The Council of Trent was an eighteen-year-long series of meetings by the Catholic Church to reform and codify Church doctrine. It took place in the mid-1500s, in the country now known as Italy.
There were a number of significant doctrines approved during the Council. One of the most important was the affirmation that Church rulings on interpretations of the Bible were considered final and any dissenting opinions were heresy. This decision justified the persecution of Protestantism, indirectly leading two centuries later to the founding of the United States.
Another significant decision involved the Communion Rite during Mass, in which bread and wine is said to be transformed into the flesh and blood of Jesus. Protestants and other sects claimed the act to be symbolic, while the Church claimed it to be entirely real. The Council decisively declared Communion to cause the transformation effect, and declared dissenting opinions heresy.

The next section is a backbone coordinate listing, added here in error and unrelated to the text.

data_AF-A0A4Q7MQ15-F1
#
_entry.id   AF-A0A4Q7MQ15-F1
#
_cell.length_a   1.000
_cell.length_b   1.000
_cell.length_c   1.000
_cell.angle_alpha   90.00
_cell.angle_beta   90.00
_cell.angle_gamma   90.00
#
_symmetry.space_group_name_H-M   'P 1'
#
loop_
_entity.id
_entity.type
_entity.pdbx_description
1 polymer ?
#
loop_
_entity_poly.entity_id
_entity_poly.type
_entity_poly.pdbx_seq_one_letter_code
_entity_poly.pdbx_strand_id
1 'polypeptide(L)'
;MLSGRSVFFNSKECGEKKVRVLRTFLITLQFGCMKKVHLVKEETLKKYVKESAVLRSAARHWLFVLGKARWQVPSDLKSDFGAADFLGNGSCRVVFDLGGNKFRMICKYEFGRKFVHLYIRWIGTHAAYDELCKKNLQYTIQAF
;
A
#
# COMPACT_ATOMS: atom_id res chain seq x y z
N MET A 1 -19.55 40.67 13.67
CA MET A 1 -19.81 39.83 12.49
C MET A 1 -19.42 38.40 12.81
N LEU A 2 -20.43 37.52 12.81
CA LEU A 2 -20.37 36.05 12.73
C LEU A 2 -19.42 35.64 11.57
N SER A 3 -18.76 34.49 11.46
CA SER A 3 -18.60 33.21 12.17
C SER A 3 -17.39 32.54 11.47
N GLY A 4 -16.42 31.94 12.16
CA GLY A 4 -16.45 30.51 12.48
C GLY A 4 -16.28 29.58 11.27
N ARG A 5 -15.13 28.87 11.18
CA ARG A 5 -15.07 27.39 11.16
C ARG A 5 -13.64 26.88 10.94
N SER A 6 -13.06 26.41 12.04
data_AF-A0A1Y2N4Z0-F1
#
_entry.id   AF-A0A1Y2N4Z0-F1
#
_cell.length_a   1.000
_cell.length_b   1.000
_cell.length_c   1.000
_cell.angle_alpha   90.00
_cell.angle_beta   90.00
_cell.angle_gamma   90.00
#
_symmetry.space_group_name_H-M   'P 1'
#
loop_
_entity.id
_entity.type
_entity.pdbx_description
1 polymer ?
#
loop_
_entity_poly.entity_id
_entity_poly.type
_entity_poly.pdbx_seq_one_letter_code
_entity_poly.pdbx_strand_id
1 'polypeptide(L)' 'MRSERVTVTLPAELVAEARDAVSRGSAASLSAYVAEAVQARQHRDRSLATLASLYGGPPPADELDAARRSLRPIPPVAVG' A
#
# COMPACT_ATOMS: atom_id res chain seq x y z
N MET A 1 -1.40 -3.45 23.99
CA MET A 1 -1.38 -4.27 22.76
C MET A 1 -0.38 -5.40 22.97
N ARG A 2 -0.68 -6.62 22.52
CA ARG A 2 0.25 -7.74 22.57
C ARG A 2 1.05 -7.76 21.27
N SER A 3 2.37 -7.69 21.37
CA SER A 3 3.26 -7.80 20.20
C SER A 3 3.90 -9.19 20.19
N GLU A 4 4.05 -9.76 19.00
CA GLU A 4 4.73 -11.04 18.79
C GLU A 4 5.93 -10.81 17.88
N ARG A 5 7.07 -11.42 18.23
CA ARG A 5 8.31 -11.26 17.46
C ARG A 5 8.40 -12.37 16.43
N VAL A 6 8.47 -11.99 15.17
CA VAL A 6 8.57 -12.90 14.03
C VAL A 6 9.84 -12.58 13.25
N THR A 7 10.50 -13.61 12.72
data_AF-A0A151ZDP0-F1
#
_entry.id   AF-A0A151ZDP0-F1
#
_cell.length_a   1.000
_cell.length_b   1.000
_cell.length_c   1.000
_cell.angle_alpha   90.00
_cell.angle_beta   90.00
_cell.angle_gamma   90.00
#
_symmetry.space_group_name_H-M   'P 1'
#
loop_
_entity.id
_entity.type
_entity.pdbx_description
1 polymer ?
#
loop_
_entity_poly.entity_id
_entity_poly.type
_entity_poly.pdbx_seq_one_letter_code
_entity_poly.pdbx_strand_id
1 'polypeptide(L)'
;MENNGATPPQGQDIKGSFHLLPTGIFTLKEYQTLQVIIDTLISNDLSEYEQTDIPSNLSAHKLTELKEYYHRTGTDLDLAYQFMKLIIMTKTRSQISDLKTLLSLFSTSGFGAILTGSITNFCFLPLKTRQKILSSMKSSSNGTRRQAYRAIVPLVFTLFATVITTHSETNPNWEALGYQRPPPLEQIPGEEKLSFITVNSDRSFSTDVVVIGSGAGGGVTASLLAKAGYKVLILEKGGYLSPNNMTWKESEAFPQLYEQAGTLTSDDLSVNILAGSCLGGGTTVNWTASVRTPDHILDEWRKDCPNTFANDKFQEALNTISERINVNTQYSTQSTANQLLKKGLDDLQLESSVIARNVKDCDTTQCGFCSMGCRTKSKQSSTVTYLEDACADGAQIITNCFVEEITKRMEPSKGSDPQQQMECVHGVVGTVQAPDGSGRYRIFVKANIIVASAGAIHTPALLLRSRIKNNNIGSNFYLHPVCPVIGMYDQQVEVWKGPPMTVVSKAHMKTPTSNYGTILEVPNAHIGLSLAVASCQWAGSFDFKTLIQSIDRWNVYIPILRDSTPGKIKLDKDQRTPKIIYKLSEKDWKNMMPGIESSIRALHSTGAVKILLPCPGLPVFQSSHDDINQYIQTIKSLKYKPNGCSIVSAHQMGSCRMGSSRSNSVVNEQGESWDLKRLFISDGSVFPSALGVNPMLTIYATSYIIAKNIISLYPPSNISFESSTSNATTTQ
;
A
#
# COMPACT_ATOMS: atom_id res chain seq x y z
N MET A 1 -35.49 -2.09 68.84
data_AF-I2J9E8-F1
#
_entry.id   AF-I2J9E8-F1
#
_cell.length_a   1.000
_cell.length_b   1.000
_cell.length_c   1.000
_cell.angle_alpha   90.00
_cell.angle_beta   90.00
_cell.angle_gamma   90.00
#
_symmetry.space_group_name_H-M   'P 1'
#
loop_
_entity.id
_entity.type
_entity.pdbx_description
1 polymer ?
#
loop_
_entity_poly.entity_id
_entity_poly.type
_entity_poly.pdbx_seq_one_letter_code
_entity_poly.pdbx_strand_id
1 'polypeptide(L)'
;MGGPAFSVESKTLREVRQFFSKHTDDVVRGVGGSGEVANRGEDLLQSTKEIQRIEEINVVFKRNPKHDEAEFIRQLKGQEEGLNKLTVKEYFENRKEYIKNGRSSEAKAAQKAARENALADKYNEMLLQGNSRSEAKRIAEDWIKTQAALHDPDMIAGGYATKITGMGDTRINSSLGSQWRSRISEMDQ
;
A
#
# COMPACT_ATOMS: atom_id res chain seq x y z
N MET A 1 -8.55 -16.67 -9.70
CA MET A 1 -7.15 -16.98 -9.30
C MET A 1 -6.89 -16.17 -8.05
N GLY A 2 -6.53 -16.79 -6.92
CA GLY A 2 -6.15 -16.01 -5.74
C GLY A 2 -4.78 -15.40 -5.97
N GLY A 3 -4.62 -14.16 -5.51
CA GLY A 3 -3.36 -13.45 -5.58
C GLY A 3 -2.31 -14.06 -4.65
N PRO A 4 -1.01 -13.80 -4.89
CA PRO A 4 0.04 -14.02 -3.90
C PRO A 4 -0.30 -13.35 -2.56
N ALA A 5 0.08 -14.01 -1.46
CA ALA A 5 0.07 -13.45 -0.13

Another ruling involved the use of religious imagery in art, music, and literature: the Church stamped down hard on artists who used religious symbolism in any but a positive light. This caused trouble for many Classical and Renaissance artists, who created art for its own sake instead of for the Church's benefit.